Contrary to popular beliefs, relationships are not a bed of roses. They are one of the most difficult things in life which require immense hard work, dedication, loyalty and commitment.
There are hundreds of relationship myths which people believe are the real yardstick to measure the happiness. However, the problem with persistent relationships is that they erode happiness. When you think that a relationship should be a certain way and when it isn’t, frustration sets in which kills the relationship.
Hence it is vital to burst that bubble of myths and to learn what relationship really is.
The following are the eight relationship myths that might surprise you:
A good relationship means that it doesn’t require work
The strongest and the most enduring relationships are the results of years of hard work. Comparing the relationship to a garden, one needs to prepare the soil, plant the seeds and water daily to enjoy the beautiful flowers. Similarly, nurturing the relationship is as important. However, like anything else, overworking on a relationship is also not healthy. If you are more unhappy than happy in the relationship, the unhappiness will soon become a regular happening. Also, if you are making a lot of adjustments and do not see the same level on the other side, you might just be overdoing the entire thing.
If the partners really love each other, they know the needs and choices of each other.
Truth cannot be farther than this. Knowing each other’s choices and needs take years of patience, understanding and trust. It is not like what they show in movies. Such an expectation is usually developed as a child and since one gets into a relationship when he/she is an adult, communication becomes an important tool to voice the needs and choices. And once you have communicated your feelings, a better measure is whether your partner is listening to it or not.
If you are not in true love, passion fades
Thanks to movies and romantic novels, one is tricked into believing that if it’s true love then passion never goes away. But, with time and more responsibilities, passion naturally diminishes. However, this does not mean that one cannot ignite passion once again. With little planning and playfulness, one can reignite passion. Lisa Blum, a clinical psychologist, says:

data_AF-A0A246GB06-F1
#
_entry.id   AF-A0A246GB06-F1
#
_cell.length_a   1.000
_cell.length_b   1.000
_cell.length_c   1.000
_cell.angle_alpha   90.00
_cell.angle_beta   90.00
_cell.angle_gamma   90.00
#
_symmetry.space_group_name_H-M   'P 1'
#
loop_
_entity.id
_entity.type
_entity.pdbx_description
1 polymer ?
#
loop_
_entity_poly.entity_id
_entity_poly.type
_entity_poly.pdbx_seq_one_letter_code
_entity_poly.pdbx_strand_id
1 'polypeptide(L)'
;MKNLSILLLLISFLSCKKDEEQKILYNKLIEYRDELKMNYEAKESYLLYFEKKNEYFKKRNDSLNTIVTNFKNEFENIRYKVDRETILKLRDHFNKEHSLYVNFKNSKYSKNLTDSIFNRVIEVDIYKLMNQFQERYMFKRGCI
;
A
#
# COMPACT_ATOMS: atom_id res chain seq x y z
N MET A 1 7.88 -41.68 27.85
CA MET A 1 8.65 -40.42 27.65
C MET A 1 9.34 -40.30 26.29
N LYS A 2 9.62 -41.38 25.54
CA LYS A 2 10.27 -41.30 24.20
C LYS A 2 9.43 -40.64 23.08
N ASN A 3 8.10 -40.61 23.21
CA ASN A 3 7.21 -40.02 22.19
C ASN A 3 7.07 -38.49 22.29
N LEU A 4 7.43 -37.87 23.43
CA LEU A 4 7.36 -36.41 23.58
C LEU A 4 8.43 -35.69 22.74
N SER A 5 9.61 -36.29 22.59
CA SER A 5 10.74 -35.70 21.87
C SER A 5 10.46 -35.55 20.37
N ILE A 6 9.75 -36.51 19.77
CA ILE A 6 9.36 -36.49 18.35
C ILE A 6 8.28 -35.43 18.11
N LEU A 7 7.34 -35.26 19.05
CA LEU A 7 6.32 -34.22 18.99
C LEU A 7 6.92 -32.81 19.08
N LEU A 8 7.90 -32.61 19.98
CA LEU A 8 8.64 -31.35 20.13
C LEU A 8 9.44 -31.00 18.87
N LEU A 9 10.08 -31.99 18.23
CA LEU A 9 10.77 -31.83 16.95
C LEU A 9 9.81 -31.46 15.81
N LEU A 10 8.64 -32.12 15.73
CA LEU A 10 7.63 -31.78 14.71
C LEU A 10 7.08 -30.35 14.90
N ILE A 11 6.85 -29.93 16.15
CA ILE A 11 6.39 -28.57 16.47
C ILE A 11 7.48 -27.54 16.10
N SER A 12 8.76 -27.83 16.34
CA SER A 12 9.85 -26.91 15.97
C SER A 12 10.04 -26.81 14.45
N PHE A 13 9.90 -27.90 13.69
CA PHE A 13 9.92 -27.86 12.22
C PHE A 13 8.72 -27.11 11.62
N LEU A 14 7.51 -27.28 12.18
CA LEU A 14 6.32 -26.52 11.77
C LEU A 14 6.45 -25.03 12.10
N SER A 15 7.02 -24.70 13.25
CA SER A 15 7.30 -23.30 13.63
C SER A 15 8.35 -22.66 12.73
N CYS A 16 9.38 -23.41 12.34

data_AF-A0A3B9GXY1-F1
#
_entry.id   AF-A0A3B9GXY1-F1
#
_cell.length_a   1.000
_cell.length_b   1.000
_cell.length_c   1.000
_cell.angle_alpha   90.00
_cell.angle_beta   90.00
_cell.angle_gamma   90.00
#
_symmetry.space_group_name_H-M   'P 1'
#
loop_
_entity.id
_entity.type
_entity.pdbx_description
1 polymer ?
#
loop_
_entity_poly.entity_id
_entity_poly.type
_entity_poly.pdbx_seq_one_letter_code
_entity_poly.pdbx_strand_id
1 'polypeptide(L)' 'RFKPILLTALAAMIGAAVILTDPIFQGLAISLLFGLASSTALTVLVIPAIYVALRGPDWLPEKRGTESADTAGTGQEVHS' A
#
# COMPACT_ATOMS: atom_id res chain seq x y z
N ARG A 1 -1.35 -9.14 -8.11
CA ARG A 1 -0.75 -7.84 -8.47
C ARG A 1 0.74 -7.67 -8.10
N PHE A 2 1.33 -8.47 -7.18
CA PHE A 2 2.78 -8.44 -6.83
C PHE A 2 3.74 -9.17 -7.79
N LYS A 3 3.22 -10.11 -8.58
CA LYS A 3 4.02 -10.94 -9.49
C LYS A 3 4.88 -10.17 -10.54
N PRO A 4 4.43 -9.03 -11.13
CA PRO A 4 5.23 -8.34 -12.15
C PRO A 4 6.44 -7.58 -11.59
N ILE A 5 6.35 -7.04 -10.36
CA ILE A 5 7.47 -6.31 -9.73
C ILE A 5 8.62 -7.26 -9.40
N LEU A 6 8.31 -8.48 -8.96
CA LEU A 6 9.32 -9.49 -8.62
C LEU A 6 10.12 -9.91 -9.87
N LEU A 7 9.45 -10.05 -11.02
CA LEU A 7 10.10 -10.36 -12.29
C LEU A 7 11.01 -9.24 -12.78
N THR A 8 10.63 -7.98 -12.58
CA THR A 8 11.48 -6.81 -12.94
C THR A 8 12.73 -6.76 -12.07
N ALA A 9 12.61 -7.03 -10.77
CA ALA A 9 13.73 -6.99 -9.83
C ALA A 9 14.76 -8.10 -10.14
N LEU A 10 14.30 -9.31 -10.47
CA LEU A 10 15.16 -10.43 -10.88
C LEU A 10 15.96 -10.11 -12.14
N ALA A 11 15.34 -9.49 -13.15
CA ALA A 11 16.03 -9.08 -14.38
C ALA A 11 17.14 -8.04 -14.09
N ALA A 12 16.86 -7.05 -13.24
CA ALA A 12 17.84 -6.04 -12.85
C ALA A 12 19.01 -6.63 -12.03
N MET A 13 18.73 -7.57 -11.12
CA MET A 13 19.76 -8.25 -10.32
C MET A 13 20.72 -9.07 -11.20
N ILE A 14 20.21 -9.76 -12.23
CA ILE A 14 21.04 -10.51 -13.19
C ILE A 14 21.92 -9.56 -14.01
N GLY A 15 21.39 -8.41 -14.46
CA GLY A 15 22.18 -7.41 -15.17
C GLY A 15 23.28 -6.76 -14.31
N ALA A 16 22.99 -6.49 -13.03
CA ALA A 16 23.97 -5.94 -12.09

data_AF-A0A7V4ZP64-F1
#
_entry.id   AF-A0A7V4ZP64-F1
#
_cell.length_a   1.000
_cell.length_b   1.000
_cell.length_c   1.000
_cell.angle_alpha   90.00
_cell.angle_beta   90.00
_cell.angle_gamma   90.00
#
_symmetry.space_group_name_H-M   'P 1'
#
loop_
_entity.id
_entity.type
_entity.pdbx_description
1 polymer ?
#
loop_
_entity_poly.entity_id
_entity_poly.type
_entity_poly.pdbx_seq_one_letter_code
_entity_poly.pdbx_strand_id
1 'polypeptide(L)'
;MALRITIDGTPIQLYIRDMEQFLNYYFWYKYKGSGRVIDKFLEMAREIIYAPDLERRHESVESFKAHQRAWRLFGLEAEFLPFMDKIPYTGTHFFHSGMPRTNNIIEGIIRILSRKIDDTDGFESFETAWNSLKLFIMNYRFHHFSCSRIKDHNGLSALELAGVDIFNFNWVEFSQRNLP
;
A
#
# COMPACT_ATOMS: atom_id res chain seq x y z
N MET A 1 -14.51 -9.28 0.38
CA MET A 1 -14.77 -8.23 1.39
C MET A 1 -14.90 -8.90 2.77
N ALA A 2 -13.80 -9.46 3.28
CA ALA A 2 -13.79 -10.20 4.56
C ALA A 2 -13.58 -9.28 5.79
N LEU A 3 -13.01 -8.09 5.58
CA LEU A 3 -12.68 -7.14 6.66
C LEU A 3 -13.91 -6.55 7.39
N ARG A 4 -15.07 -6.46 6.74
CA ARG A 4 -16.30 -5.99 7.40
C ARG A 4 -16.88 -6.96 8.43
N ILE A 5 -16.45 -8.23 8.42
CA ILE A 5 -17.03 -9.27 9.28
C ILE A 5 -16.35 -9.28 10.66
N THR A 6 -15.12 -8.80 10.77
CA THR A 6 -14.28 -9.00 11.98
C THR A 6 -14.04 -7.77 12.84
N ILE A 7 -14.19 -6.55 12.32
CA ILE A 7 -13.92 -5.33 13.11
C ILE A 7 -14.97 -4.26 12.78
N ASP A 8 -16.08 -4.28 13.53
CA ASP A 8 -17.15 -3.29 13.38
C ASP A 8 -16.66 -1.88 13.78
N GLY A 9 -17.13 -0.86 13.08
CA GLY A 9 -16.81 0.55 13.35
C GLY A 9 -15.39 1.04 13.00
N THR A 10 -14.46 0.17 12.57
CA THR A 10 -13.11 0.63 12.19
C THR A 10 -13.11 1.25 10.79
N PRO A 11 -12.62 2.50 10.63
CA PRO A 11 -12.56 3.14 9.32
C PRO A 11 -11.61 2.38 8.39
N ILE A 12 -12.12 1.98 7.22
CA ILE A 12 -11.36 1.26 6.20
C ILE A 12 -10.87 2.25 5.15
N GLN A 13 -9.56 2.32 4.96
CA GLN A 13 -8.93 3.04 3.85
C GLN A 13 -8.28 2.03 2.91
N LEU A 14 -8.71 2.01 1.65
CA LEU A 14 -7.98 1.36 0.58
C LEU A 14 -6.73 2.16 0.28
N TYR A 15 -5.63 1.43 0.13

Passionate sex is a byproduct of sustained emotional intimacy along with a continuing sense of adventure and exploration and sense of playfulness.
She advised the couples to ask:
How do we tame our lives sufficiently that we can make time for each other and have energy left for each other?
Having a child will strengthen the relationship
Research has proven that having a child actually decreases happiness between the partners. This, however, doesn’t mean that the couples do not love each other but the increased responsibilities take a toll on the relationship. Having realistic expectations helps in preparing for the new roles. Terri Orbuch, a clinical psychologist, believes:
‘should’ statements don’t allow you to see what the other person is doing to strengthen and manage the relationship and these expectations cloud your judgment.
Jealousy means you are loving and caring
Jealousy is the lack of how confident and secure you are in the relationship. At the beginning, it may appear like concern and love but with time one realises that no amount of care and concern can satiate the jealousy in the partner. While you can be supportive, the jealous partner needs to work on the issue on his/her own.
Fights ruin relationships
In reality, what really ruins relationships is not resolving fights. Fights can strengthen relationships by addressing the elephant in the room and bringing to other person’s notice what hurts you. Productive fights enhance mutual understanding, trust and compatibility.
To make relationship successful, the other partner must change
Blaming the other person for everything wrong in the relationship is a sure shot at murdering the relationship. Instead, one must demand what he/she would like the partner to do and must give them time. Old habits die hard and immediate results never happen.
Couples therapy means your relationship is in trouble
This can be true that when couples seek therapy, their relationship is in choppy waters. However, the key is to make it work. Blum suggests that people should see therapy as preventative. This way, the couple must come in for counselling after a fight or two over few months rather than five or six over a decade.
As Tony Robbins commented:
The quality of your life is the quality of your relationships.